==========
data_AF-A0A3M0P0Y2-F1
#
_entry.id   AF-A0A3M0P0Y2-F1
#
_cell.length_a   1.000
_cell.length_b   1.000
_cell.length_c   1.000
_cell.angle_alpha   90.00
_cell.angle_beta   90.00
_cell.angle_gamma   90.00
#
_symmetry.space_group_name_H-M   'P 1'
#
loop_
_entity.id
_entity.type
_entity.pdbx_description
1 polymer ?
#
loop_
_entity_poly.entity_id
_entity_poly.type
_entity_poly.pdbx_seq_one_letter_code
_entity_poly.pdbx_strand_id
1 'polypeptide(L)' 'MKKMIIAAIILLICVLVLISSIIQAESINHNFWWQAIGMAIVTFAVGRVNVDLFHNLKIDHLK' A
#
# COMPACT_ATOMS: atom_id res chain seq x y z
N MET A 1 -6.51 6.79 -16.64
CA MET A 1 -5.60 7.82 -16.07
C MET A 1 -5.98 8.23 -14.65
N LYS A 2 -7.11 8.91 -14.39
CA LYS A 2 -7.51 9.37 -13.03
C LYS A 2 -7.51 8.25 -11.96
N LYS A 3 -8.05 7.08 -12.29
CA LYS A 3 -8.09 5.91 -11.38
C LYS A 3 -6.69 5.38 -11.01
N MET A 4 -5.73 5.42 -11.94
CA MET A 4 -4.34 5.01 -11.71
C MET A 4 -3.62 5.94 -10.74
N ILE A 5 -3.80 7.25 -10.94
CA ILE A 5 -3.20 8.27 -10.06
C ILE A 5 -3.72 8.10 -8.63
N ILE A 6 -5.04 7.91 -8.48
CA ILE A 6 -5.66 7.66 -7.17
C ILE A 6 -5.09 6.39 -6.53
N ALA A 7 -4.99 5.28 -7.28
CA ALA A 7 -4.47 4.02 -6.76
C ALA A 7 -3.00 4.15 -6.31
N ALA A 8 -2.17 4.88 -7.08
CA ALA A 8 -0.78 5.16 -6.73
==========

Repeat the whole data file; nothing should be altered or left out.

data_AF-A0A3M0P0Y2-F1
#
_entry.id   AF-A0A3M0P0Y2-F1
#
_cell.length_a   1.000
_cell.length_b   1.000
_cell.length_c   1.000
_cell.angle_alpha   90.00
_cell.angle_beta   90.00
_cell.angle_gamma   90.00
#
_symmetry.space_group_name_H-M   'P 1'
#
loop_
_entity.id
_entity.type
_entity.pdbx_description
1 polymer ?
#
loop_
_entity_poly.entity_id
_entity_poly.type
_entity_poly.pdbx_seq_one_letter_code
_entity_poly.pdbx_strand_id
1 'polypeptide(L)' 'MKKMIIAAIILLICVLVLISSIIQAESINHNFWWQAIGMAIVTFAVGRVNVDLFHNLKIDHLK' A
#
# COMPACT_ATOMS: atom_id res chain seq x y z
N MET A 1 -6.51 6.79 -16.64
CA MET A 1 -5.60 7.82 -16.07
C MET A 1 -5.98 8.23 -14.65
N LYS A 2 -7.11 8.91 -14.39
CA LYS A 2 -7.51 9.37 -13.03
C LYS A 2 -7.51 8.25 -11.96
N LYS A 3 -8.05 7.08 -12.29
CA LYS A 3 -8.09 5.91 -11.38
C LYS A 3 -6.69 5.38 -11.01
N MET A 4 -5.73 5.42 -11.94
CA MET A 4 -4.34 5.01 -11.71
C MET A 4 -3.62 5.94 -10.74
N ILE A 5 -3.80 7.25 -10.94
CA ILE A 5 -3.20 8.27 -10.06
C ILE A 5 -3.72 8.10 -8.63
N ILE A 6 -5.04 7.91 -8.48
CA ILE A 6 -5.66 7.66 -7.17
C ILE A 6 -5.09 6.39 -6.53
N ALA A 7 -4.99 5.28 -7.28
CA ALA A 7 -4.47 4.02 -6.76
C ALA A 7 -3.00 4.15 -6.31
N ALA A 8 -2.17 4.88 -7.08
CA ALA A 8 -0.78 5.16 -6.73